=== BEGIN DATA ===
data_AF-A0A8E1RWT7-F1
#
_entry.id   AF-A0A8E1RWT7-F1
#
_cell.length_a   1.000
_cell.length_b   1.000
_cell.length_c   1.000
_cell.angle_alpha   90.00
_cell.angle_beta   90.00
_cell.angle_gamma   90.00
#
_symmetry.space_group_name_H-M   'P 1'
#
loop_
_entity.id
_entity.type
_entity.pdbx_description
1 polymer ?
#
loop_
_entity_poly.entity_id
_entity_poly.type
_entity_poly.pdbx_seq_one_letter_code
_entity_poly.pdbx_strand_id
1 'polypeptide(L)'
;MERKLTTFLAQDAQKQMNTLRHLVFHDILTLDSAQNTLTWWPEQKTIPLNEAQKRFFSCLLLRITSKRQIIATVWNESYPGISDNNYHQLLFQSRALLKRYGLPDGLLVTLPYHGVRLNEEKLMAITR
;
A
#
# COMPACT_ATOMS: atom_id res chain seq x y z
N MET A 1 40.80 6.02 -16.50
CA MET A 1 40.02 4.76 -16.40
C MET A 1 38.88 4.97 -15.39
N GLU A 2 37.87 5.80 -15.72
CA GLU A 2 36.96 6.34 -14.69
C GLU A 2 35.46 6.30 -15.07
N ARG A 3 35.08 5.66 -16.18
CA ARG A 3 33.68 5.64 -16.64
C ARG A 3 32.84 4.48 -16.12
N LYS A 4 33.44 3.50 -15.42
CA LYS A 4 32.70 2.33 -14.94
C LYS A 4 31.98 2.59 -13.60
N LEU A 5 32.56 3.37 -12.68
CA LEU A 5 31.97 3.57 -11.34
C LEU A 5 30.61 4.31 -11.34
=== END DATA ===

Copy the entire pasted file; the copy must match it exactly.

data_AF-A0A8E1RWT7-F1
#
_entry.id   AF-A0A8E1RWT7-F1
#
_cell.length_a   1.000
_cell.length_b   1.000
_cell.length_c   1.000
_cell.angle_alpha   90.00
_cell.angle_beta   90.00
_cell.angle_gamma   90.00
#
_symmetry.space_group_name_H-M   'P 1'
#
loop_
_entity.id
_entity.type
_entity.pdbx_description
1 polymer ?
#
loop_
_entity_poly.entity_id
_entity_poly.type
_entity_poly.pdbx_seq_one_letter_code
_entity_poly.pdbx_strand_id
1 'polypeptide(L)'
;MERKLTTFLAQDAQKQMNTLRHLVFHDILTLDSAQNTLTWWPEQKTIPLNEAQKRFFSCLLLRITSKRQIIATVWNESYPGISDNNYHQLLFQSRALLKRYGLPDGLLVTLPYHGVRLNEEKLMAITR
;
A
#
# COMPACT_ATOMS: atom_id res chain seq x y z
N MET A 1 40.80 6.02 -16.50
CA MET A 1 40.02 4.76 -16.40
C MET A 1 38.88 4.97 -15.39
N GLU A 2 37.87 5.80 -15.72
CA GLU A 2 36.96 6.34 -14.69
C GLU A 2 35.46 6.30 -15.07
N ARG A 3 35.08 5.66 -16.18
CA ARG A 3 33.68 5.64 -16.64
C ARG A 3 32.84 4.48 -16.12
N LYS A 4 33.44 3.50 -15.42
CA LYS A 4 32.70 2.33 -14.94
C LYS A 4 31.98 2.59 -13.60
N LEU A 5 32.56 3.37 -12.68
CA LEU A 5 31.97 3.57 -11.34
C LEU A 5 30.61 4.31 -11.34